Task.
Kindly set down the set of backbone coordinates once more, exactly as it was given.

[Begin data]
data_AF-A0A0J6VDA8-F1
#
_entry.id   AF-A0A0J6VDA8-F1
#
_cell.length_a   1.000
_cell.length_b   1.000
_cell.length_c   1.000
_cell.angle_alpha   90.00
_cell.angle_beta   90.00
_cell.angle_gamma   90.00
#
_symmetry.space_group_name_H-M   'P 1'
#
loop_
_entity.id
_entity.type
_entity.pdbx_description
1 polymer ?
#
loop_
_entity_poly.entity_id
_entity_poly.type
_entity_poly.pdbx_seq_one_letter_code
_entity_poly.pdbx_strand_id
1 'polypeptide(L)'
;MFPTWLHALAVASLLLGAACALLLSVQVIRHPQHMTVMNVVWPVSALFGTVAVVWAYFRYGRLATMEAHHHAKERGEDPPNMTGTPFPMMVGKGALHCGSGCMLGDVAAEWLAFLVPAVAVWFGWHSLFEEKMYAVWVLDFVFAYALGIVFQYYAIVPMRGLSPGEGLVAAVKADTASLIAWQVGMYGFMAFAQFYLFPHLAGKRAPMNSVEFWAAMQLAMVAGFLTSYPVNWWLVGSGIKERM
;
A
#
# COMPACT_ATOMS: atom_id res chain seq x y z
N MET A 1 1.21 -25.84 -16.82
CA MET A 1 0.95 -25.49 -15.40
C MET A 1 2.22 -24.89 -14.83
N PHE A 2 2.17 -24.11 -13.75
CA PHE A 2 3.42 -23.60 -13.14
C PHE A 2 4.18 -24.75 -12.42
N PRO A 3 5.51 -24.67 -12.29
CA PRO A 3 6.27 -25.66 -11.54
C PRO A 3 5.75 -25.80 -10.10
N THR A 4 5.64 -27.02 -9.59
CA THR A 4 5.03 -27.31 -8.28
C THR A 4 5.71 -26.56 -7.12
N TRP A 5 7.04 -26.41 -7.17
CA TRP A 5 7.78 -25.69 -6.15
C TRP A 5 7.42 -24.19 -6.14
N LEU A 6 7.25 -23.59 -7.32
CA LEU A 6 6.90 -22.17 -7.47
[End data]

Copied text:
data_AF-A0A0J6VDA8-F1
#
_entry.id   AF-A0A0J6VDA8-F1
#
_cell.length_a   1.000
_cell.length_b   1.000
_cell.length_c   1.000
_cell.angle_alpha   90.00
_cell.angle_beta   90.00
_cell.angle_gamma   90.00
#
_symmetry.space_group_name_H-M   'P 1'
#
loop_
_entity.id
_entity.type
_entity.pdbx_description
1 polymer ?
#
loop_
_entity_poly.entity_id
_entity_poly.type
_entity_poly.pdbx_seq_one_letter_code
_entity_poly.pdbx_strand_id
1 'polypeptide(L)'
;MFPTWLHALAVASLLLGAACALLLSVQVIRHPQHMTVMNVVWPVSALFGTVAVVWAYFRYGRLATMEAHHHAKERGEDPPNMTGTPFPMMVGKGALHCGSGCMLGDVAAEWLAFLVPAVAVWFGWHSLFEEKMYAVWVLDFVFAYALGIVFQYYAIVPMRGLSPGEGLVAAVKADTASLIAWQVGMYGFMAFAQFYLFPHLAGKRAPMNSVEFWAAMQLAMVAGFLTSYPVNWWLVGSGIKERM
;
A
#
# COMPACT_ATOMS: atom_id res chain seq x y z
N MET A 1 1.21 -25.84 -16.82
CA MET A 1 0.95 -25.49 -15.40
C MET A 1 2.22 -24.89 -14.83
N PHE A 2 2.17 -24.11 -13.75
CA PHE A 2 3.42 -23.60 -13.14
C PHE A 2 4.18 -24.75 -12.42
N PRO A 3 5.51 -24.67 -12.29
CA PRO A 3 6.27 -25.66 -11.54
C PRO A 3 5.75 -25.80 -10.10
N THR A 4 5.64 -27.02 -9.59
CA THR A 4 5.03 -27.31 -8.28
C THR A 4 5.71 -26.56 -7.12
N TRP A 5 7.04 -26.41 -7.17
CA TRP A 5 7.78 -25.69 -6.15
C TRP A 5 7.42 -24.19 -6.14
N LEU A 6 7.25 -23.59 -7.32
CA LEU A 6 6.90 -22.17 -7.47